Lina del Castillo
’s book explores scientific, geographic, and historiographic inventions in nineteenth-century Colombia. In this fascinating book, well-known figures of Colombia’s history (such as Francisco José de Caldas, and José María Samper) are cast under new light, while unexplored institutions such as the Instituto Caldas and the Colegio Militar are analyzed in-depth and with striking clarity. By bringing such wide array of historical actors and institutions, del Castillo provides a nuanced historical narrative where liberal and conservative elites are not portrayed as ideological rivals, but as allies in the collective enterprise of republicanism, a project unrivaled at the time. But Crafting a Republic for the World: Scientific, Geographic and Historiographic Inventions of Colombia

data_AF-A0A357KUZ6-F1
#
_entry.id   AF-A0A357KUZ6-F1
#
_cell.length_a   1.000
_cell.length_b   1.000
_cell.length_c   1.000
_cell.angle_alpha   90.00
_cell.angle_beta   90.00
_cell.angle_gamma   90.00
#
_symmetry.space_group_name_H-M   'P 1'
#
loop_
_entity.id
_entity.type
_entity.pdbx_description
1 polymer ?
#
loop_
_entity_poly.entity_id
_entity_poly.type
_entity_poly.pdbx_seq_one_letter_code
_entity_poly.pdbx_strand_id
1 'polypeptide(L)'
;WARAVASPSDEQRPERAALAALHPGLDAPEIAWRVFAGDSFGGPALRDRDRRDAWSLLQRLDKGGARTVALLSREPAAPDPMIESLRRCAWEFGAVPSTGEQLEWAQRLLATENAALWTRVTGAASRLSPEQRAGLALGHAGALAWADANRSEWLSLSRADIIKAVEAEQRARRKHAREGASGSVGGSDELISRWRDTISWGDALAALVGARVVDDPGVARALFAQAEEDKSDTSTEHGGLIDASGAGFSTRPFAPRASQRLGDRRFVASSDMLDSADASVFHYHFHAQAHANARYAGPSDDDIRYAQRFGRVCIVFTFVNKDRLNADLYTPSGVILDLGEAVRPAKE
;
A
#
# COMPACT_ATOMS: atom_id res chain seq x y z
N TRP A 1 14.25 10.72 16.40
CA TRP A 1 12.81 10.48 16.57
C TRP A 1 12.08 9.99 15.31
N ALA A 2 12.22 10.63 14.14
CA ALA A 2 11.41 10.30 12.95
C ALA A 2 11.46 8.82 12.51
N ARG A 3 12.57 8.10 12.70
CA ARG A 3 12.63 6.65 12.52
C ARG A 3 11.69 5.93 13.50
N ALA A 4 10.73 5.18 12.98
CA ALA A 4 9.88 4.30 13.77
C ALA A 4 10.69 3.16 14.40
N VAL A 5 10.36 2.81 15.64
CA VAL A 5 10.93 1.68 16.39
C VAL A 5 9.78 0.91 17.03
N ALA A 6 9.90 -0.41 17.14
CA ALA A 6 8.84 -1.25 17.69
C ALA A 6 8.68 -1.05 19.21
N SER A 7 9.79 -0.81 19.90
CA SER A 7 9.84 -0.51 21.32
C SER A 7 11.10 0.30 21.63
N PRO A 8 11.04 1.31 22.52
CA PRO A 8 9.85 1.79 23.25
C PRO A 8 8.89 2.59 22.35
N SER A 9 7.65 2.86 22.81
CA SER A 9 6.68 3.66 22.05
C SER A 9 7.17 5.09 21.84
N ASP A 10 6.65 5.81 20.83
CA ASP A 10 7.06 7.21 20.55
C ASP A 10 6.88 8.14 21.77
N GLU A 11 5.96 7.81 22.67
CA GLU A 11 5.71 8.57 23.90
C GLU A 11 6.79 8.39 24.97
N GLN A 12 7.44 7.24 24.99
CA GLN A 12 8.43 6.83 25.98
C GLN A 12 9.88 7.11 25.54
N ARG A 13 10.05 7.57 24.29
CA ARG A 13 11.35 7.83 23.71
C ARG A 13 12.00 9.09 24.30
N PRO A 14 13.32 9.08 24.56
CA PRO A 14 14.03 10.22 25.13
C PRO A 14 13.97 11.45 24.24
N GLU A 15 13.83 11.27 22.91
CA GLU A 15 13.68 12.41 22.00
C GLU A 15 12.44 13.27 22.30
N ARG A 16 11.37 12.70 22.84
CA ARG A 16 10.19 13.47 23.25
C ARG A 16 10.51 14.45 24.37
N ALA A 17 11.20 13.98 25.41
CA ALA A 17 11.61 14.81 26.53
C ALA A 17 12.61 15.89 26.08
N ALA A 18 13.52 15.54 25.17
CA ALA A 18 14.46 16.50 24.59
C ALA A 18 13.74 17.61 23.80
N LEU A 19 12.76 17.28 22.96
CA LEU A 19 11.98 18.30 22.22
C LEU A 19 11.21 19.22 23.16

(University of Nebraska, 2018) is more timely and original in its analysis of colonial legacies. How, and to what purposes, were colonial legacies invented in Colombia during the nineteenth century? For del Castillo, ‘colonial legacies’ have been a powerful lens to interpret not just Colombian history, but Latin American history more generally. This way of understanding Latin America has portrayed the region as a static place shackled to the past by the pervasive legacies of Spanish colonialism. Ultimately, del Castillo invites us to reconsider not only the way we interpret Latin American history, but also how we understand the history of the United States, its relationship with British colonialism, and its ties with the history of Latin America and the Caribbean.